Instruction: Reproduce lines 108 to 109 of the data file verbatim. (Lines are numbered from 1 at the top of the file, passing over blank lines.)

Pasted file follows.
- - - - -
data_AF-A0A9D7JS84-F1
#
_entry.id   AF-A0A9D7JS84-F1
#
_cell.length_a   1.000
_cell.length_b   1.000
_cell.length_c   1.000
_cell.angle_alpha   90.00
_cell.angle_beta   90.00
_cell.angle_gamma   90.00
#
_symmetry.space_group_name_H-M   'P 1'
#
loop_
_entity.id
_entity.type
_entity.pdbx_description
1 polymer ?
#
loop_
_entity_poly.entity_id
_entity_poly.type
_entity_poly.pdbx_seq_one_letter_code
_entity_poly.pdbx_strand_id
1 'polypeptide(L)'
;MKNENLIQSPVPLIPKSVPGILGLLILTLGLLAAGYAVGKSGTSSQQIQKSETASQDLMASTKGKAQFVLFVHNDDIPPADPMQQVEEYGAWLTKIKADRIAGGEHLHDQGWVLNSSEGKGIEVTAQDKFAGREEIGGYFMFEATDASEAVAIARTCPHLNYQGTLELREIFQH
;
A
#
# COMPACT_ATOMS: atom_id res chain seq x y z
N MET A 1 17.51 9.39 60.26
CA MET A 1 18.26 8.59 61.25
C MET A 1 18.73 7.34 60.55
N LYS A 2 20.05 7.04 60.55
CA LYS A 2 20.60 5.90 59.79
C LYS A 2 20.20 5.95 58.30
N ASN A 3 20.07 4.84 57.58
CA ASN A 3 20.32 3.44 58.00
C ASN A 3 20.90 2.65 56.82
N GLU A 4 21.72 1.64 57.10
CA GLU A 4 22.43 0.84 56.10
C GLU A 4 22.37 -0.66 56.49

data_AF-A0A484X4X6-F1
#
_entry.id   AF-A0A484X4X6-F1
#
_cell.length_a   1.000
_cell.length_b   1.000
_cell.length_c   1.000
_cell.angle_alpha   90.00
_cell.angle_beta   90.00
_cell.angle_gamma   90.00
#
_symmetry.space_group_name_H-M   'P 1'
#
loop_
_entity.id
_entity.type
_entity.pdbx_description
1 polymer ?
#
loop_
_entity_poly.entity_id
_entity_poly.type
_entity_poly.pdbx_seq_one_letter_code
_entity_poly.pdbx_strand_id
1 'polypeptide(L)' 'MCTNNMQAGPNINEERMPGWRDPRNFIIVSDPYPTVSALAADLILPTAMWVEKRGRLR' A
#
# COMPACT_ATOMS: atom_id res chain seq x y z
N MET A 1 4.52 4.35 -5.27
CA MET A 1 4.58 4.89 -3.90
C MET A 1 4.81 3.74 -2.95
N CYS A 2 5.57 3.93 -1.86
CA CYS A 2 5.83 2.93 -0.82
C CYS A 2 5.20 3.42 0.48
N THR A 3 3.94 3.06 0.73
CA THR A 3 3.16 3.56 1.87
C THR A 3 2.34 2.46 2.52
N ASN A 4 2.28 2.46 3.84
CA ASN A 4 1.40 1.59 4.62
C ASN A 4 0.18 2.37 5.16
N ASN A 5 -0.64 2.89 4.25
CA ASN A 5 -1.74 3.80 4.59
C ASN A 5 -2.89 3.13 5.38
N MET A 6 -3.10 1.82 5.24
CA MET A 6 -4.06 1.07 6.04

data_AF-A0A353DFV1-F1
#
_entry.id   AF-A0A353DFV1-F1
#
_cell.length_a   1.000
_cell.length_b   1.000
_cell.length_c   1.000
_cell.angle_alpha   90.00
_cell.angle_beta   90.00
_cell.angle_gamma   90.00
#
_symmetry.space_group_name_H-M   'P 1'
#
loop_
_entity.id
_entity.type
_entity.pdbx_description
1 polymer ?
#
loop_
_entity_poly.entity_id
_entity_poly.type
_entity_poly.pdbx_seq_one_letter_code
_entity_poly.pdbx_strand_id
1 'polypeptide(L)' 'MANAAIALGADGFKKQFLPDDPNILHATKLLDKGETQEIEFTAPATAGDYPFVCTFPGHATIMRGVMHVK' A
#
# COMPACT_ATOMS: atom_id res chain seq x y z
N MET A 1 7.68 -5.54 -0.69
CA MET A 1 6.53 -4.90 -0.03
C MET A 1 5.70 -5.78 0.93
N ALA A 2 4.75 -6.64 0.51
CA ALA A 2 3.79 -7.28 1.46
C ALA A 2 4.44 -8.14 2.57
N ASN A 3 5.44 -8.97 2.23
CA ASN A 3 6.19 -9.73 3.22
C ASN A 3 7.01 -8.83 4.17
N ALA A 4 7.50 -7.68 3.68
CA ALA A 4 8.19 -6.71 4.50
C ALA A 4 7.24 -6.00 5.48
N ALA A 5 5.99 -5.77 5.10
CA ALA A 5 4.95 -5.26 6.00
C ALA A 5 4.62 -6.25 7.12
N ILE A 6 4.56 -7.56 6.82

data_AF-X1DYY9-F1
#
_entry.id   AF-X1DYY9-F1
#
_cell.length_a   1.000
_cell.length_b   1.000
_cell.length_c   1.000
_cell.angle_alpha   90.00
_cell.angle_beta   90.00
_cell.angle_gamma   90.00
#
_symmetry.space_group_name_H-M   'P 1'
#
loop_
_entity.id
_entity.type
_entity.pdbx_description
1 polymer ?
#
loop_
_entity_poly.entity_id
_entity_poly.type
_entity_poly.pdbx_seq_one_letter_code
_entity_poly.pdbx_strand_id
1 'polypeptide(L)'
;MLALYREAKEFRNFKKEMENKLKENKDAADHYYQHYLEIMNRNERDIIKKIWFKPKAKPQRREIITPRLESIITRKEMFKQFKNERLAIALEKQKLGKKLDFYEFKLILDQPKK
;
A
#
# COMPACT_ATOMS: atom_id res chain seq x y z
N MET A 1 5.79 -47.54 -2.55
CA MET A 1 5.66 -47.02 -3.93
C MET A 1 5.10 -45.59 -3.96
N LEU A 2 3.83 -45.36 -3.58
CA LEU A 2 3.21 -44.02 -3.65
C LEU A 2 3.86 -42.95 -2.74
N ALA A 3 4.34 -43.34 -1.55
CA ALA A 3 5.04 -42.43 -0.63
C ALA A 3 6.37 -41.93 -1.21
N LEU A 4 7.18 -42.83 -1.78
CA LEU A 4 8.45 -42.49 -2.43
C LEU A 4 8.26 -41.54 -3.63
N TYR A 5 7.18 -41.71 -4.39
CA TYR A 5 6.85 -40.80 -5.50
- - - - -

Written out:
_entity_poly.type
_entity_poly.pdbx_seq_one_letter_code